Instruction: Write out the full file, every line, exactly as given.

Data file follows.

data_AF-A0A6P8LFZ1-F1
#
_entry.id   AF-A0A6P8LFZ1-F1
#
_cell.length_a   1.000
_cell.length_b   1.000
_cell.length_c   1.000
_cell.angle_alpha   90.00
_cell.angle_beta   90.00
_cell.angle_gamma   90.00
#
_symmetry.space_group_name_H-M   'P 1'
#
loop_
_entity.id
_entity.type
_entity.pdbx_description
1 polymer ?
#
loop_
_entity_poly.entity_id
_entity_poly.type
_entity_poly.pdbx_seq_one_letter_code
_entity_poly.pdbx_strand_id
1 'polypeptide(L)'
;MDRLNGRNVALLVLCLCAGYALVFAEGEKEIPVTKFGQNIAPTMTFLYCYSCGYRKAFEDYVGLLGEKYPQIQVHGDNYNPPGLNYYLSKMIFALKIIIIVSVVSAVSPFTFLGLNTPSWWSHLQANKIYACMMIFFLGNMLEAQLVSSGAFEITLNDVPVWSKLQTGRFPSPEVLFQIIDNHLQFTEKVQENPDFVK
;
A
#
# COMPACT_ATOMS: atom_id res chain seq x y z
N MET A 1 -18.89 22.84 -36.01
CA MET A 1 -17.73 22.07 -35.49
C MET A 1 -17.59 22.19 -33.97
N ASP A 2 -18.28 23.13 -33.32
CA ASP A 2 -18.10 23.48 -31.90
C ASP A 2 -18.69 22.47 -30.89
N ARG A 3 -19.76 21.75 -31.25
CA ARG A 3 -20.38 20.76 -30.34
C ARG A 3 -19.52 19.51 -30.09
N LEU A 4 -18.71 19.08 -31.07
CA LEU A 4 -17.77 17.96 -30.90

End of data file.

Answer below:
data_AF-A0A6P8LFZ1-F1
#
_entry.id   AF-A0A6P8LFZ1-F1
#
_cell.length_a   1.000
_cell.length_b   1.000
_cell.length_c   1.000
_cell.angle_alpha   90.00
_cell.angle_beta   90.00
_cell.angle_gamma   90.00
#
_symmetry.space_group_name_H-M   'P 1'
#
loop_
_entity.id
_entity.type
_entity.pdbx_description
1 polymer ?
#
loop_
_entity_poly.entity_id
_entity_poly.type
_entity_poly.pdbx_seq_one_letter_code
_entity_poly.pdbx_strand_id
1 'polypeptide(L)'
;MDRLNGRNVALLVLCLCAGYALVFAEGEKEIPVTKFGQNIAPTMTFLYCYSCGYRKAFEDYVGLLGEKYPQIQVHGDNYNPPGLNYYLSKMIFALKIIIIVSVVSAVSPFTFLGLNTPSWWSHLQANKIYACMMIFFLGNMLEAQLVSSGAFEITLNDVPVWSKLQTGRFPSPEVLFQIIDNHLQFTEKVQENPDFVK
;
A
#
# COMPACT_ATOMS: atom_id res chain seq x y z
N MET A 1 -18.89 22.84 -36.01
CA MET A 1 -17.73 22.07 -35.49
C MET A 1 -17.59 22.19 -33.97
N ASP A 2 -18.28 23.13 -33.32
CA ASP A 2 -18.10 23.48 -31.90
C ASP A 2 -18.69 22.47 -30.89
N ARG A 3 -19.76 21.75 -31.25
CA ARG A 3 -20.38 20.76 -30.34
C ARG A 3 -19.52 19.51 -30.09
N LEU A 4 -18.71 19.08 -31.07
CA LEU A 4 -17.77 17.96 -30.90